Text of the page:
Although ACOs are likely to be reimbursed through shared-savings models, they may have to reimburse their providers through fee-for-service, episodic care, or other payment arrangements. Efficient reconciliation of this paradox will be key to the financial success of each ACO and the approach to accountable care.

Once again, a health plan’s experience with such complex reimbursement scenarios is increasingly seen as an argument favoring a partnership between health plans and provider groups. However, existing health plan claims pricing competencies will need to be augmented to deal with value-based reimbursement. A key component of payments in accountable care is the continual demonstration of compliance with performance guidelines. Provider groups will need to facilitate access to performance data to enable the application of appropriate payment.

Productization of Accountable Care

Productization of accountable care—namely, the incorporation of accountable care into existing products— will be crucial to the commercial success of accountable care. Accountable care offers the prospect of designing products with lower premiums and improved outcomes. ACO products will need to include benefit designs that steer members to the ACO as the preferred provider. Employers are increasingly demanding such customized benefit designs that better serve their employee populations.

Employers see this as the basis for containing premium growth. Although health plans have addressed these needs for select employers, expansion across the customer base introduces significant administrative costs.

Productization of accountable care is an area where a health plan can demonstrate significant leadership. A partnership with provider groups will foster the adoption of accountable care products with employers.

Critical Success Factors for Accountable Care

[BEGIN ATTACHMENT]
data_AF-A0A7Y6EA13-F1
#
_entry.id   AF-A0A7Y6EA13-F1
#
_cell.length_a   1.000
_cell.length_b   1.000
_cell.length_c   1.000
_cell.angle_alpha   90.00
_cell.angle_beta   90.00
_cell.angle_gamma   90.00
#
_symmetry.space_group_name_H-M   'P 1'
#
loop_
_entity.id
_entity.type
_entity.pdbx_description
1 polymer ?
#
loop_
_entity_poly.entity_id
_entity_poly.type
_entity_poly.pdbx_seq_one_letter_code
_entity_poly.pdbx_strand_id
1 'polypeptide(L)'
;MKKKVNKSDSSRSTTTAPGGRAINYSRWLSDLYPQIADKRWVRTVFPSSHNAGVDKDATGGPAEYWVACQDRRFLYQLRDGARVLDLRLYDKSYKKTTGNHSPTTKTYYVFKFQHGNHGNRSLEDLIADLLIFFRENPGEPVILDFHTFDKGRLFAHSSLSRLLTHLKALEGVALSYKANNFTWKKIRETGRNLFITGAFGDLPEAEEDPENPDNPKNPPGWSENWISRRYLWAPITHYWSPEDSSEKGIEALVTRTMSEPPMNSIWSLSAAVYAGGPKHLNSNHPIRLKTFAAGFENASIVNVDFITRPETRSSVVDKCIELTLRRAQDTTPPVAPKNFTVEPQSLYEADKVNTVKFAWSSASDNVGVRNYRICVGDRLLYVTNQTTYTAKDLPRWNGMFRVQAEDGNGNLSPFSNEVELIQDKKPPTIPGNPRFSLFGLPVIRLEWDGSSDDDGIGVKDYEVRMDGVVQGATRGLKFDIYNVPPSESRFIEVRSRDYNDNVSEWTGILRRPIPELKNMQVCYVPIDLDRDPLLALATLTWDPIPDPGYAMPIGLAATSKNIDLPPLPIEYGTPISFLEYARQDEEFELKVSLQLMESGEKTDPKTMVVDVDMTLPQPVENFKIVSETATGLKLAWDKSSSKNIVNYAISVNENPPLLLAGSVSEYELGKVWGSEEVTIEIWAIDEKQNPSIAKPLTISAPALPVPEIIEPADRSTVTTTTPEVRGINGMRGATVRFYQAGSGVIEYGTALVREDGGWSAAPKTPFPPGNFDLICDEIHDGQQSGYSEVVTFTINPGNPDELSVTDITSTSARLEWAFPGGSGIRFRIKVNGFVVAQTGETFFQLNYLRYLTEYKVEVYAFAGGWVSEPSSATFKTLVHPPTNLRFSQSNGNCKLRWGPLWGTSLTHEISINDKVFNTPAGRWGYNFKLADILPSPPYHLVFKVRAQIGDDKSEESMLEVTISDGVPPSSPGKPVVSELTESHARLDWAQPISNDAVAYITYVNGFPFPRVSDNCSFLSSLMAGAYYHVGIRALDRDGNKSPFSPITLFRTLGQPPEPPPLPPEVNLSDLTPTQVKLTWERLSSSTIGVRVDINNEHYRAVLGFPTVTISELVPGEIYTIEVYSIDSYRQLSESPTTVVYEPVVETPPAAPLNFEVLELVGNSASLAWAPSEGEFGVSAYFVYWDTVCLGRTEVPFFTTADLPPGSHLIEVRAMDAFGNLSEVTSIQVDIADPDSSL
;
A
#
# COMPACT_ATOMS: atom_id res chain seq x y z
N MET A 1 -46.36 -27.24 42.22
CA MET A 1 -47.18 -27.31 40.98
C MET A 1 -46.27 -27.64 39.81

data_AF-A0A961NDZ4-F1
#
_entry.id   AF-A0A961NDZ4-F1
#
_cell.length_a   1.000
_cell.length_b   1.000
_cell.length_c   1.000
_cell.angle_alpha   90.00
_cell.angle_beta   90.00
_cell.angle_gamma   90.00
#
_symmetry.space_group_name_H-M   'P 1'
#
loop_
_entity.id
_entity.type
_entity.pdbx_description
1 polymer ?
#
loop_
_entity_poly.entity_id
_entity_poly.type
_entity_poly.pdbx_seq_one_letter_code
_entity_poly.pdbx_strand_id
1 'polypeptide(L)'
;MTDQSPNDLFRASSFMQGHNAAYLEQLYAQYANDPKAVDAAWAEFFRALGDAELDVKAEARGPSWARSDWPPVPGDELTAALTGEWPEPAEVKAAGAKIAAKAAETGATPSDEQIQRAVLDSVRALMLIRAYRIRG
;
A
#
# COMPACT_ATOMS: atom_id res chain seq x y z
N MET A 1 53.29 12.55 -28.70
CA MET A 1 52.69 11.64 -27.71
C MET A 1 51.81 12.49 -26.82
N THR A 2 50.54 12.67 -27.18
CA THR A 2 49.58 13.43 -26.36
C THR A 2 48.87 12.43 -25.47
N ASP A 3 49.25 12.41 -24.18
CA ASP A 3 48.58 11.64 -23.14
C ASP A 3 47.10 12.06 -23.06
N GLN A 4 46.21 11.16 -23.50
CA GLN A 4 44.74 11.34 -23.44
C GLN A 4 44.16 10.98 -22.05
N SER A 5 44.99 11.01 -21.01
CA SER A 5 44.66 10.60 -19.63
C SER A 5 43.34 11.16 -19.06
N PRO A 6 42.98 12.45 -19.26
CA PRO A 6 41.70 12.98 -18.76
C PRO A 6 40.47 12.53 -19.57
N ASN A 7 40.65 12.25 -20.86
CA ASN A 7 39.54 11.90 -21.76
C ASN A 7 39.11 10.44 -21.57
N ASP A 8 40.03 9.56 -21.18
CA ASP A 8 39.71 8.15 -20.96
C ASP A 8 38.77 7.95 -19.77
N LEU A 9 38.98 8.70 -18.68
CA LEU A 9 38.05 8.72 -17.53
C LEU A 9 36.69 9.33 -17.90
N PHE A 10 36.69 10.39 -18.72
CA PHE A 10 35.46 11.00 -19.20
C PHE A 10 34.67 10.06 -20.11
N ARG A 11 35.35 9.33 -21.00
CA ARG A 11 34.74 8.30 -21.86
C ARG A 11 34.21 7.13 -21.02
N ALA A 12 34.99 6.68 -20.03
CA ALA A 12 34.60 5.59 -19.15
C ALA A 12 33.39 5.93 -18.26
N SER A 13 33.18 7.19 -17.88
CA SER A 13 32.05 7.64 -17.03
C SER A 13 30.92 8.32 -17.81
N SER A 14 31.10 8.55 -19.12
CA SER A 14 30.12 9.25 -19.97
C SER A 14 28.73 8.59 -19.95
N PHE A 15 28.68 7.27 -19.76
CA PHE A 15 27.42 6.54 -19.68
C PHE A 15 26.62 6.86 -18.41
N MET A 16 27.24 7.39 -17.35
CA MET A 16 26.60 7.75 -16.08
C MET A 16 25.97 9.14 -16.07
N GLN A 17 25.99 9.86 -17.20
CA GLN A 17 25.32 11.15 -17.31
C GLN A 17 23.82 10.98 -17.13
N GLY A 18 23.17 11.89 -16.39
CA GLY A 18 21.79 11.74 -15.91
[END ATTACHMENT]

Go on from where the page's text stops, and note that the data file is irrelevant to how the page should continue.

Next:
Alignment of Network, Product, Care Model, and Reimbursement Design

The alignment of network, product, care model, and reimbursement design is critical to balancing the value of care to insured members (eg, reduced premiums and high quality of care) against the value to the ACO (eg, revenue, expenses, and provider satisfaction). The proper design of care networks is critical to this alignment. Network designs perform several functions. They create effective steerage targets for product benefits. Network designs ensure high quality of care through care team design. Network reimbursement policies drive provider reimbursement to incent the desired outcomes.

Administrative Simplification through Integrated Systems

The complexity of payer–provider ACO partnerships brings the prospect of significant administrative costs. Some of these costs stem from the existing disconnect - ed nature of administrative processes and systems. Mitigating this issue and simplifying the administrative challenges requires the integration of key systems. Currently, health plans’ provider management and claims systems are poorly connected to several key business functions, such as utilization management, contracting, and financial planning.

Such disconnectedness renders basic decision support ineffective. As an example, many organizations routinely struggle to answer 2 critical questions: “Which providers are covered by a particular contract?” and “What are the diverse arrangements that cover a particular provider?”

A patchwork of ad hoc solutions often serves these tactical needs. This is inadequate in the face of increasingly complex, overlapping payment arrangements implicit in the ACO regulations. Support of tailored ACO products will increase the burden on these disconnected and inflexible systems. The complex demands of provider network performance-related payments will increase the risk of information leakage, payment errors, and performance misreporting.